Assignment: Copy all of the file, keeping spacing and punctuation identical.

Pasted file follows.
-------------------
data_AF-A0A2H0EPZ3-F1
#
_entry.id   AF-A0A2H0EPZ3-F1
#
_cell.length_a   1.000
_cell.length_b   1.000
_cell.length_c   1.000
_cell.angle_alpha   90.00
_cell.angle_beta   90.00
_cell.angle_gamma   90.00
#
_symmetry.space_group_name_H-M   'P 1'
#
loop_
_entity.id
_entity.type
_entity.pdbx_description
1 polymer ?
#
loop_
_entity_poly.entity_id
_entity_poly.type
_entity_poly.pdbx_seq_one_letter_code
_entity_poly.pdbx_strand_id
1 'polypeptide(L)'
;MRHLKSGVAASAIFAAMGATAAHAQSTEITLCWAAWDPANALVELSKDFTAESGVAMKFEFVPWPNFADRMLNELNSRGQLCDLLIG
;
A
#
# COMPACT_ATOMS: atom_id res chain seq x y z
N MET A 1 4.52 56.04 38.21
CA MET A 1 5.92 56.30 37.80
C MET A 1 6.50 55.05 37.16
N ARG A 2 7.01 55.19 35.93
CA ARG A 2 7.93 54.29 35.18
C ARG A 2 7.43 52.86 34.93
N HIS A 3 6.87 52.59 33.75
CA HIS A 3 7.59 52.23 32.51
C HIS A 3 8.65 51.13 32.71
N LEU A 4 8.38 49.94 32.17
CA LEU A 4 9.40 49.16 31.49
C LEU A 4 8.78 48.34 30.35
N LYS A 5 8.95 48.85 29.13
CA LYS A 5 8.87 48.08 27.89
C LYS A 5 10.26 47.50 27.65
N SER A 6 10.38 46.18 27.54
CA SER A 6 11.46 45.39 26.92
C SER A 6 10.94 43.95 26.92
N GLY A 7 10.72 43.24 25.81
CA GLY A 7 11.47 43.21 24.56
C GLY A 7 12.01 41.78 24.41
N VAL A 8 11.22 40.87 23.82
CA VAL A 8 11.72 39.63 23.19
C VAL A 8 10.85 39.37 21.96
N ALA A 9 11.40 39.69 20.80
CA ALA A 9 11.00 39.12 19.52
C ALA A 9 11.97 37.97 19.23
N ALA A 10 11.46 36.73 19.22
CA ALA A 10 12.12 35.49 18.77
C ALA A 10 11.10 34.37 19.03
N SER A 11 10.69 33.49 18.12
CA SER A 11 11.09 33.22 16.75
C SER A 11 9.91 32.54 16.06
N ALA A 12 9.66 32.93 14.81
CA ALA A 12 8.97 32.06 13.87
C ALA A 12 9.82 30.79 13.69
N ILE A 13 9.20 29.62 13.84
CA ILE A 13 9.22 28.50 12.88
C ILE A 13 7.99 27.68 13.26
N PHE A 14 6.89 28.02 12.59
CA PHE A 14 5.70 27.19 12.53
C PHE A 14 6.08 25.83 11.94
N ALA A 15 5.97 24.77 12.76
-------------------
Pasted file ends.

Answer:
data_AF-A0A2H0EPZ3-F1
#
_entry.id   AF-A0A2H0EPZ3-F1
#
_cell.length_a   1.000
_cell.length_b   1.000
_cell.length_c   1.000
_cell.angle_alpha   90.00
_cell.angle_beta   90.00
_cell.angle_gamma   90.00
#
_symmetry.space_group_name_H-M   'P 1'
#
loop_
_entity.id
_entity.type
_entity.pdbx_description
1 polymer ?
#
loop_
_entity_poly.entity_id
_entity_poly.type
_entity_poly.pdbx_seq_one_letter_code
_entity_poly.pdbx_strand_id
1 'polypeptide(L)'
;MRHLKSGVAASAIFAAMGATAAHAQSTEITLCWAAWDPANALVELSKDFTAESGVAMKFEFVPWPNFADRMLNELNSRGQLCDLLIG
;
A
#
# COMPACT_ATOMS: atom_id res chain seq x y z
N MET A 1 4.52 56.04 38.21
CA MET A 1 5.92 56.30 37.80
C MET A 1 6.50 55.05 37.16
N ARG A 2 7.01 55.19 35.93
CA ARG A 2 7.93 54.29 35.18
C ARG A 2 7.43 52.86 34.93
N HIS A 3 6.87 52.59 33.75
CA HIS A 3 7.59 52.23 32.51
C HIS A 3 8.65 51.13 32.71
N LEU A 4 8.38 49.94 32.17
CA LEU A 4 9.40 49.16 31.49
C LEU A 4 8.78 48.34 30.35
N LYS A 5 8.95 48.85 29.13
CA LYS A 5 8.87 48.08 27.89
C LYS A 5 10.26 47.50 27.65
N SER A 6 10.38 46.18 27.54
CA SER A 6 11.46 45.39 26.92
C SER A 6 10.94 43.95 26.92
N GLY A 7 10.72 43.24 25.81
CA GLY A 7 11.47 43.21 24.56
C GLY A 7 12.01 41.78 24.41
N VAL A 8 11.22 40.87 23.82
CA VAL A 8 11.72 39.63 23.19
C VAL A 8 10.85 39.37 21.96
N ALA A 9 11.40 39.69 20.80
CA ALA A 9 11.00 39.12 19.52
C ALA A 9 11.97 37.97 19.23
N ALA A 10 11.46 36.73 19.22
CA ALA A 10 12.12 35.49 18.77
C ALA A 10 11.10 34.37 19.03
N SER A 11 10.69 33.49 18.12
CA SER A 11 11.09 33.22 16.75
C SER A 11 9.91 32.54 16.06
N ALA A 12 9.66 32.93 14.81
CA ALA A 12 8.97 32.06 13.87
C ALA A 12 9.82 30.79 13.69
N ILE A 13 9.20 29.62 13.84
CA ILE A 13 9.22 28.50 12.88
C ILE A 13 7.99 27.68 13.26
N PHE A 14 6.89 28.02 12.59
CA PHE A 14 5.70 27.19 12.53
C PHE A 14 6.08 25.83 11.94
N ALA A 15 5.97 24.77 12.76